On Thursday, the Cleveland Browns once again admitted that they messed up. 2013 first-round pick Barkevious Mingo is on his way to New England, and Cleveland is headed back to the drawing board. After all, this is what the Browns do. They take highly-regarded talents early in the first round and watch them fail, while other teams pick the players you'd actually want on your team. In fact, since the Browns re-joined the league in 1999, almost every draft pick they've made has flopped. Here is an all-too-depressing look at the history of Cleveland picking in the first round. Sorry, Browns fans.
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1999: QB Tim Couch (first overall)
Couch wasn't a complete bust, of course. He played five seasons in Cleveland and posted a cumulative 75.1 QB rating, completing 59.8 percent of his passes with 64 TDs and 67 INTs. That doesn't take any of the sting out of passing on Donovan McNabb (second overall), Edgerrin James (fourth), Torry Holt (sixth), Champ Bailey (seventh), Daunte Culpepper (11th) or even Ricky Williams (fifth).
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2000: DE Courtney Brown (first overall)
Brown missed double-digit games in two of his five years with the Browns, totaling just 19 career sacks and 155 tackles. He had his best season in 2003, when Brown forced four fumbles and tallied six stacks. Cleveland could have taken Brian Urlacher (ninth overall), instead.
Getty ImagesGeorge Gojkovich
2001: DT Gerard Warren (third overall)
On the bright side, Warren started 59 out of 64 possible games during his time with Cleveland. He showed some promise in his rookie season with five sacks, 48 tackes and six passes defensed. Sadly, that was his best season in the NFL. Even worse, the Browns picked Warren over LaDainian Tomlinson (fifth overall), one of the greatest running backs of the past 20 years.
Getty ImagesDoug Pensinger
2002: RB William Green (16th overall)
At least the Browns didn't waste a top-five pick in 2002, when they selected Green out of Boston College. After Green rushed for 887 yards on 243 carries as a rookie, everything went downhill. He was out of the league by 2005 — unlike Ed Reed (24th overall), who could have been a franchise cornerstone for Cleveland.
Getty ImagesDavid Maxwell
2003: C Jeff Faine (21st overall)
Coming off their first winning season since returning to the NFL in 1999, the Browns looked to shore up their offensive line and make the playoffs for a second straight year. Faine had a solid career, but he played just three seasons for the Browns before Cleveland signed LeCharles Bentley and traded Faine to the Saints. Cleveland passed on RB Willis McGahee (23rd overall), TE Dallas Clark (24th) and DB Charles Tillman (35th) to take Faine.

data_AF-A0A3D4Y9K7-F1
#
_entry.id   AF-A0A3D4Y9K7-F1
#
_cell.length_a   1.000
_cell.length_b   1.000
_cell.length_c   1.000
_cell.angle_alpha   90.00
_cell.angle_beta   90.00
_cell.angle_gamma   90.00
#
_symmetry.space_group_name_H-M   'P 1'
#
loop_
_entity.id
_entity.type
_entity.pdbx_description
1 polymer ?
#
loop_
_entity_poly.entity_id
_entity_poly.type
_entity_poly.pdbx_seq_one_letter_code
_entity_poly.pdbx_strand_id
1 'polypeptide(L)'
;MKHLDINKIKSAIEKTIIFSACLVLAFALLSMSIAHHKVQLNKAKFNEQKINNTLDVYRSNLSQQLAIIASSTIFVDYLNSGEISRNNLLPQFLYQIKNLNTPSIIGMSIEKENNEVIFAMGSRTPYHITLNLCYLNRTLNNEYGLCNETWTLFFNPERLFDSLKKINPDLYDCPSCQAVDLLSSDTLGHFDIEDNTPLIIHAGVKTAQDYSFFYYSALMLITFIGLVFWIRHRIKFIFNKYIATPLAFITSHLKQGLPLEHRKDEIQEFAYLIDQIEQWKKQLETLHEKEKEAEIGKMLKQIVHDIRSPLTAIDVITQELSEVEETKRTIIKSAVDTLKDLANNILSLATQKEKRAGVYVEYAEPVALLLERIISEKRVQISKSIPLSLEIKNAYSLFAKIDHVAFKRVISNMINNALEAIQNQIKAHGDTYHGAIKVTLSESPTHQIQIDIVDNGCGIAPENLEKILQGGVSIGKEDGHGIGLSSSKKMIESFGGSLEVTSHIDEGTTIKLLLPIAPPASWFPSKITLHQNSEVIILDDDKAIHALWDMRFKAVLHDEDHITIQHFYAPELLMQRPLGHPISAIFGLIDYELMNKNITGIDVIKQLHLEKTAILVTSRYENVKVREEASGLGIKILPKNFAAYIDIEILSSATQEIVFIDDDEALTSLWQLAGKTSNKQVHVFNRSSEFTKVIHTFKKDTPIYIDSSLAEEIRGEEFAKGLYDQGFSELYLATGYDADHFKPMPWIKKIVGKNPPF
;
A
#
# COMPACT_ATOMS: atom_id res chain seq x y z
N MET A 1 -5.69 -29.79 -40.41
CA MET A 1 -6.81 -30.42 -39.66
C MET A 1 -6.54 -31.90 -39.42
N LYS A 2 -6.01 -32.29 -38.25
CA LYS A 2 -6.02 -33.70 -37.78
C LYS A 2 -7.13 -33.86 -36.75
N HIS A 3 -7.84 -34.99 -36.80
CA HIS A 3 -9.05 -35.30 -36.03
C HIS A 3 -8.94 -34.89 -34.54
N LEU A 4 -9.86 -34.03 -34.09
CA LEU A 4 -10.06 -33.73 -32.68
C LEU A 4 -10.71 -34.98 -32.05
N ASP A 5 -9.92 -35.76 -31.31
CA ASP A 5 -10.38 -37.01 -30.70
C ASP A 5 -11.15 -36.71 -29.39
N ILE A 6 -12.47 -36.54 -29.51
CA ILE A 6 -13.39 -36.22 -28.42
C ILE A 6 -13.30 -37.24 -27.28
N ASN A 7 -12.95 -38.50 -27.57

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2004: TE Kellen Winslow Jr. (sixth overall)
Winslow had a few nice seasons for Cleveland before packing his bags and moving on to Tampa Bay in 2009. First, though, he had to battle through a broken right leg suffered during his rookie year and a motorcycle accident that cost him all of 2005. As Winslow recovered, the Browns had to watch Ben Roethlisberger (11th overall) blossom into one of the league's best QBs.
2005: WR Braylon Edwards (third overall)
In a surprising twist, this wasn't a particularly egregious pick. Edwards played well for the Browns, hauling in 16 TD catches and 1,289 yards receiving as a Pro Bowler in 2007. However, Edwards quickly became sick of all the losing in Cleveland and was traded to the Jets in 2009. The first round of the 2005 draft wasn't especially deep, but the Browns could have selected stalwart LB DeMarcus Ware (11th overall) instead of Edwards — or, you know, picked that Aaron Rodgers guy (24th overall) to play QB. Whatever, though.
Getty ImagesChris Trotman
2006: DE/OLM Kamerion Wimbley (13th overall)
2006 was a straight miss by the Browns. They identified a crucial area of need at pass rusher, then picked the wrong player. Wimbley had a great rookie season as he moved from DE in college to OLB in a 3-4 in Cleveland, but he struggled as a sophomore and eventually flamed out of the league. DE Tamba Hali (20th overall) would have been a fantastic pick instead.
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2007: T Joe Thomas (third overall)
No quibbles here. This is the one pick the Browns absolutely nailed. Unfortunately ...
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2007: QB Brady Quinn (22nd overall)